There are five new members of the London Assembly this term so we thought we’d find out a bit more about them. Andrew Dismore lost his Hendon Parliamentary seat by 103 votes in 2010 and is now the Labour member for Barnet and Camden. He beat Brian Coleman in a campaign that saw the former Conservative member storming into local shops demanding they take down posters.
What did you do before becoming an Assembly Member?
I was MP for Hendon for 13 years and leader of the Labour group on Westminster Council before that, where I was involved in exposing the ‘homes for votes’ scandal. I was a practising lawyer for 20 years while on the council and in the last couple of years I’ve run my own consultancy and been a part-time judge.
Why did you stand for the London Assembly?
I want to make life better for people. I’m a politician at heart, I’ve worked in politics for the last 20 years.
The Barnet and Camden campaign was a one-off; do you think you won because people were fed up with Brian Coleman, a swing to Labour or a mixture of both?
I’d heard the phrase ‘all election candidates do is annoy the electorate’, but I’d never thought of it as an election strategy before! It was a kind of Spring Revolution of Barnet, lots of pop up campaigns that had nothing to do with the Labour party. In Barnet there was a significant difference between people voting for me and voting for Ken, who’s never been very popular in Barnet. I have a bigger majority than when I won in 1997 and there was a good swing to Labour in the party list vote. It’s an endorsement of what Camden Council is doing to minimise the impact of the cuts and that Barnet Council is ignoring local views, and Brian Coleman suffered the backlash from that.
What are your areas of political interest?
I’ll be chairing the Assembly Economy committee for the first year and I’m also on the Fire Authority. I have a long association with the Fire Brigades Union (FBU) as a lawyer. They recognise that there are difficult times ahead and can make a positive contribution to the future of the service. A confrontational approach did nobody any good, let alone the people of London. I’d like to help improve industrial relations.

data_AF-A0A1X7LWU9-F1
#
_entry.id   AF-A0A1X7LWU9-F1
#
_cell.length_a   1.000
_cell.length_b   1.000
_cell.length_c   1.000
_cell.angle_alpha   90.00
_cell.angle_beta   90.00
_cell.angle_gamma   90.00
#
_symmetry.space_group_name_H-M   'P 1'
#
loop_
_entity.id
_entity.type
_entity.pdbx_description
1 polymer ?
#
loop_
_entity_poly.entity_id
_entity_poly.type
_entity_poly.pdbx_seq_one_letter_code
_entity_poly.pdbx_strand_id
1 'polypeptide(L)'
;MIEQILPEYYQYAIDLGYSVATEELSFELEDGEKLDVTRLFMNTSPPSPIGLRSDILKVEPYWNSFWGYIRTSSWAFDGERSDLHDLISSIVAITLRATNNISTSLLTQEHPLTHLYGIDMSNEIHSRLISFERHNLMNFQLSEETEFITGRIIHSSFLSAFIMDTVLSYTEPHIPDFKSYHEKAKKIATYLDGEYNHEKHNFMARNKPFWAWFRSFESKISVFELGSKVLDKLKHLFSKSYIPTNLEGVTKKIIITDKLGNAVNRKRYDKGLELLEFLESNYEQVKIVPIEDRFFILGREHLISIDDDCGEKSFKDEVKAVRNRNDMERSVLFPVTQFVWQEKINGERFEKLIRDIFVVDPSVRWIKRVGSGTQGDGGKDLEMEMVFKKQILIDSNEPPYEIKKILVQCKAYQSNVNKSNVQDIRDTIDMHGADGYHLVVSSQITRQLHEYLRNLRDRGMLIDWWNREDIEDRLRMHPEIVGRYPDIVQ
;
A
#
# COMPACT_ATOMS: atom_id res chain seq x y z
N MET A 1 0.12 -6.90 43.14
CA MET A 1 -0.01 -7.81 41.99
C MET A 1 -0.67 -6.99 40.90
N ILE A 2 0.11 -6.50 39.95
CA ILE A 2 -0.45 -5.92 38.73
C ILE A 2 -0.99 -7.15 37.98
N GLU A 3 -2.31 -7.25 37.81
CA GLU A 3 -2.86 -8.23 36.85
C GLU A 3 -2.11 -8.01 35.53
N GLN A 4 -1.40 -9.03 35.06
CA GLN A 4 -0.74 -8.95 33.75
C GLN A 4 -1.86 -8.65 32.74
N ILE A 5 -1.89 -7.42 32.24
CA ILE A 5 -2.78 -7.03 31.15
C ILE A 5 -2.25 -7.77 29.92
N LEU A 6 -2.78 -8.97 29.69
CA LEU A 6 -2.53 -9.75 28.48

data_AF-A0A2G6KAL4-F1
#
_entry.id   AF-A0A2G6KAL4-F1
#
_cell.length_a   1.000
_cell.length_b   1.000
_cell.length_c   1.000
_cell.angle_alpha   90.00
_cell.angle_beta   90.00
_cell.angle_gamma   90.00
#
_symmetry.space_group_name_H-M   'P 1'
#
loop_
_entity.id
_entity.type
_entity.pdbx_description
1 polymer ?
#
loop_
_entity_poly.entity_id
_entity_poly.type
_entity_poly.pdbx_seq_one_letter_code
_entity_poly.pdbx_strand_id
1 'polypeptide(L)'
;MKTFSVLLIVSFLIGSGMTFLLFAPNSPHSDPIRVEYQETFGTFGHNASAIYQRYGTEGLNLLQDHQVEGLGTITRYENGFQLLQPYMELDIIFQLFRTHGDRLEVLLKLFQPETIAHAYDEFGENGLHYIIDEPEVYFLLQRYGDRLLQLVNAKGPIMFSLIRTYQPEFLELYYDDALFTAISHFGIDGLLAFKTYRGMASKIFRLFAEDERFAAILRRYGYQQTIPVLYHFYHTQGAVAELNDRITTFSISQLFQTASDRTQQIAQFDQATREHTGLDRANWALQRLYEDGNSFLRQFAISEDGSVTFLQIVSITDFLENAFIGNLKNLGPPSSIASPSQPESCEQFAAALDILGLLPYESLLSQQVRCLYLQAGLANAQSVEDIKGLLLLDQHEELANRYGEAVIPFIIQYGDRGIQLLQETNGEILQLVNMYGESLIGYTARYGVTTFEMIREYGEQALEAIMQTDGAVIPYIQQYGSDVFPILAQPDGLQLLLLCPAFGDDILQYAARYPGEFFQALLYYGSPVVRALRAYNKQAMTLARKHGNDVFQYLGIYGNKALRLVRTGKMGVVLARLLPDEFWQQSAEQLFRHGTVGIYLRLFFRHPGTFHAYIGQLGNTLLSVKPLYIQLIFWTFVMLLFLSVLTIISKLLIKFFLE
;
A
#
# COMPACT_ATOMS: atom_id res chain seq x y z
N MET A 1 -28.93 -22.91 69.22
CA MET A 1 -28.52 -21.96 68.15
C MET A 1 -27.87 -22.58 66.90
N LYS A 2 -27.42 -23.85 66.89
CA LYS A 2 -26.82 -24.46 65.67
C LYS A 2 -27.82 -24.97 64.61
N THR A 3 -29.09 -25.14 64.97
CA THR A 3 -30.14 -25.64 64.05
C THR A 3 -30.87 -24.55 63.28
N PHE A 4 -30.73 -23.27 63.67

What do you hope to have achieved by the end of four years?
I hope my contribution towards the Assembly will be to make it more effective and efficient in its scrutiny. I’m there to hold the Mayor to account – I was an MP at the same time as Boris and we had a few ding dongs across the chamber, especially on London issues. I’m not going to take any of his bluster, either he knows the answer or he doesn’t. I was surprised by the sycophancy of the Tories at Mayor’s Question Time, they need to ask some real questions.
The Mayor’s Question Time system also needs reform, it’s not as efficient as it could be. There’s always room to make things better. I chaired the Human Rights Committee in parliament so I’m used to scrutinising, and there are things that can be done to improve the Assembly’s scrutiny of the Mayor.
What’s your favourite bit of London?
In my constituency I know Barnet better, and I like the Greyhound pub in Hendon and parts of Mill Hill for walking. And you can’t beat Camden Town for vibrancy. I’m also fond of Bayswater, which is where I started off in politics.
You can follow Andrew on Twitter at @Andrew_Dismore